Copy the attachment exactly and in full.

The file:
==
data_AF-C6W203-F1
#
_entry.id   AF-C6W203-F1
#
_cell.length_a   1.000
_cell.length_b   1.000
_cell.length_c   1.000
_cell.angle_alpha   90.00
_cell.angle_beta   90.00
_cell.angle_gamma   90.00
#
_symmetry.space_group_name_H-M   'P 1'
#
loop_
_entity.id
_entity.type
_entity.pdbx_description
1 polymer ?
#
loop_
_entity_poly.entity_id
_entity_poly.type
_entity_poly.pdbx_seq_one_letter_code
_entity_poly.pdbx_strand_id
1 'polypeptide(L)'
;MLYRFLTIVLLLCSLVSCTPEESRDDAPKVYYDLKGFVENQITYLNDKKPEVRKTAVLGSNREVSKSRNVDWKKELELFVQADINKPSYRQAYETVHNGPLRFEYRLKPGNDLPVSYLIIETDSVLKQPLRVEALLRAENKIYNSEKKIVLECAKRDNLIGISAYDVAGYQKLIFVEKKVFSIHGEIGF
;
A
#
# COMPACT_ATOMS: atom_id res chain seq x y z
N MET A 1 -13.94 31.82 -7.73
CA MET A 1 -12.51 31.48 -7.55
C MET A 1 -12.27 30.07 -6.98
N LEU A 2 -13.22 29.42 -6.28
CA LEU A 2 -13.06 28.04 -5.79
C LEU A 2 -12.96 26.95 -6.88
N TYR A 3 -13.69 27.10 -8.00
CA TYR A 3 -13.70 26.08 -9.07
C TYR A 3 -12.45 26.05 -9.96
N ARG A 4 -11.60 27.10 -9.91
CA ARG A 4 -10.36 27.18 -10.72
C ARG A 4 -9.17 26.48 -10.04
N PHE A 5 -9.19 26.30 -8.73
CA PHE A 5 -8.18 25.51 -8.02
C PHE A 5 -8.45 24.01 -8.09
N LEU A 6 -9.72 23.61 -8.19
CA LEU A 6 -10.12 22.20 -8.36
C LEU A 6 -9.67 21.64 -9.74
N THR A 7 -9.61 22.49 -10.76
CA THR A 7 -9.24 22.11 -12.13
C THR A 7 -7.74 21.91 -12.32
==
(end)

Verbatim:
data_AF-C6W203-F1
#
_entry.id   AF-C6W203-F1
#
_cell.length_a   1.000
_cell.length_b   1.000
_cell.length_c   1.000
_cell.angle_alpha   90.00
_cell.angle_beta   90.00
_cell.angle_gamma   90.00
#
_symmetry.space_group_name_H-M   'P 1'
#
loop_
_entity.id
_entity.type
_entity.pdbx_description
1 polymer ?
#
loop_
_entity_poly.entity_id
_entity_poly.type
_entity_poly.pdbx_seq_one_letter_code
_entity_poly.pdbx_strand_id
1 'polypeptide(L)'
;MLYRFLTIVLLLCSLVSCTPEESRDDAPKVYYDLKGFVENQITYLNDKKPEVRKTAVLGSNREVSKSRNVDWKKELELFVQADINKPSYRQAYETVHNGPLRFEYRLKPGNDLPVSYLIIETDSVLKQPLRVEALLRAENKIYNSEKKIVLECAKRDNLIGISAYDVAGYQKLIFVEKKVFSIHGEIGF
;
A
#
# COMPACT_ATOMS: atom_id res chain seq x y z
N MET A 1 -13.94 31.82 -7.73
CA MET A 1 -12.51 31.48 -7.55
C MET A 1 -12.27 30.07 -6.98
N LEU A 2 -13.22 29.42 -6.28
CA LEU A 2 -13.06 28.04 -5.79
C LEU A 2 -12.96 26.95 -6.88
N TYR A 3 -13.69 27.10 -8.00
CA TYR A 3 -13.70 26.08 -9.07
C TYR A 3 -12.45 26.05 -9.96
N ARG A 4 -11.60 27.10 -9.91
CA ARG A 4 -10.36 27.18 -10.72
C ARG A 4 -9.17 26.48 -10.04
N PHE A 5 -9.19 26.30 -8.73
CA PHE A 5 -8.18 25.51 -8.02
C PHE A 5 -8.45 24.01 -8.09
N LEU A 6 -9.72 23.61 -8.19
CA LEU A 6 -10.12 22.20 -8.36
C LEU A 6 -9.67 21.64 -9.74
N THR A 7 -9.61 22.49 -10.76
CA THR A 7 -9.24 22.11 -12.13
C THR A 7 -7.74 21.91 -12.32